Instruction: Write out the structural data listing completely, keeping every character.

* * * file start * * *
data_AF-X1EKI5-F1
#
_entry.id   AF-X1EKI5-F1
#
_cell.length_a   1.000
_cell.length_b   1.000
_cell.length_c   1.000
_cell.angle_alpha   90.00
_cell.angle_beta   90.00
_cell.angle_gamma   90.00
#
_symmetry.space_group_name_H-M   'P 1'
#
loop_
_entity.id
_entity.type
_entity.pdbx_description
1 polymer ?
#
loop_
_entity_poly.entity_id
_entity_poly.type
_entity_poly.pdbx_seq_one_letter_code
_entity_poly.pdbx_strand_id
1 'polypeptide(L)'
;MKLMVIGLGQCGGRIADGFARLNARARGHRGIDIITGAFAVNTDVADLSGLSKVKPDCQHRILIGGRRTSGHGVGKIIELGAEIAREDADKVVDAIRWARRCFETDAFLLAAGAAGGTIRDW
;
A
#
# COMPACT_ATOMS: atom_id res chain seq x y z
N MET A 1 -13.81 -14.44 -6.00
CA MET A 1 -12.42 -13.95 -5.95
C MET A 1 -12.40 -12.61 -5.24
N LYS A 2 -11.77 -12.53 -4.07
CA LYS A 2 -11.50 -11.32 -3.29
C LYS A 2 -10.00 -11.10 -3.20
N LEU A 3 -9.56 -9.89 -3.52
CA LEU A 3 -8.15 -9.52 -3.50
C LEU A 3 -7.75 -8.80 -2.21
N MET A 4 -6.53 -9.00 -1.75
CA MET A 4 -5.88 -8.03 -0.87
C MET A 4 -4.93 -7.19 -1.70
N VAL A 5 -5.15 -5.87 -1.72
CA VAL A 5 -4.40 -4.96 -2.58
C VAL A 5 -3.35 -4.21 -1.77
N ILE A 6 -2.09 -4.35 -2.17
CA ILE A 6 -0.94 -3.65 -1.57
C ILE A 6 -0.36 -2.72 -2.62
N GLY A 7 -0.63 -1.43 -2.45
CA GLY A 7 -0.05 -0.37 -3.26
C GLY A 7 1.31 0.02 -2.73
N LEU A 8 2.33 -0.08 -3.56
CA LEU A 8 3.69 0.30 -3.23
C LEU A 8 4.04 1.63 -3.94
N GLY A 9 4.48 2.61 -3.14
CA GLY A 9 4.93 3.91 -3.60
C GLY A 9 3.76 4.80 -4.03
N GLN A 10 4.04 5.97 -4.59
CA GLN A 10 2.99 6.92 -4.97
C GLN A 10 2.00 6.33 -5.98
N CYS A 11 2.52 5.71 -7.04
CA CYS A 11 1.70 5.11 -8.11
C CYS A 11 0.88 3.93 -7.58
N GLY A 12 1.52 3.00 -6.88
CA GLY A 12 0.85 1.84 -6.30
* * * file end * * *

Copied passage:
data_AF-X1EKI5-F1
#
_entry.id   AF-X1EKI5-F1
#
_cell.length_a   1.000
_cell.length_b   1.000
_cell.length_c   1.000
_cell.angle_alpha   90.00
_cell.angle_beta   90.00
_cell.angle_gamma   90.00
#
_symmetry.space_group_name_H-M   'P 1'
#
loop_
_entity.id
_entity.type
_entity.pdbx_description
1 polymer ?
#
loop_
_entity_poly.entity_id
_entity_poly.type
_entity_poly.pdbx_seq_one_letter_code
_entity_poly.pdbx_strand_id
1 'polypeptide(L)'
;MKLMVIGLGQCGGRIADGFARLNARARGHRGIDIITGAFAVNTDVADLSGLSKVKPDCQHRILIGGRRTSGHGVGKIIELGAEIAREDADKVVDAIRWARRCFETDAFLLAAGAAGGTIRDW
;
A
#
# COMPACT_ATOMS: atom_id res chain seq x y z
N MET A 1 -13.81 -14.44 -6.00
CA MET A 1 -12.42 -13.95 -5.95
C MET A 1 -12.40 -12.61 -5.24
N LYS A 2 -11.77 -12.53 -4.07
CA LYS A 2 -11.50 -11.32 -3.29
C LYS A 2 -10.00 -11.10 -3.20
N LEU A 3 -9.56 -9.89 -3.52
CA LEU A 3 -8.15 -9.52 -3.50
C LEU A 3 -7.75 -8.80 -2.21
N MET A 4 -6.53 -9.00 -1.75
CA MET A 4 -5.88 -8.03 -0.87
C MET A 4 -4.93 -7.19 -1.70
N VAL A 5 -5.15 -5.87 -1.72
CA VAL A 5 -4.40 -4.96 -2.58
C VAL A 5 -3.35 -4.21 -1.77
N ILE A 6 -2.09 -4.35 -2.17
CA ILE A 6 -0.94 -3.65 -1.57
C ILE A 6 -0.36 -2.72 -2.62
N GLY A 7 -0.63 -1.43 -2.45
CA GLY A 7 -0.05 -0.37 -3.26
C GLY A 7 1.31 0.02 -2.73
N LEU A 8 2.33 -0.08 -3.56
CA LEU A 8 3.69 0.30 -3.23
C LEU A 8 4.04 1.63 -3.94
N GLY A 9 4.48 2.61 -3.14
CA GLY A 9 4.93 3.91 -3.60
C GLY A 9 3.76 4.80 -4.03
N GLN A 10 4.04 5.97 -4.59
CA GLN A 10 2.99 6.92 -4.97
C GLN A 10 2.00 6.33 -5.98
N CYS A 11 2.52 5.71 -7.04
CA CYS A 11 1.70 5.11 -8.11
C CYS A 11 0.88 3.93 -7.58
N GLY A 12 1.52 3.00 -6.88
CA GLY A 12 0.85 1.84 -6.30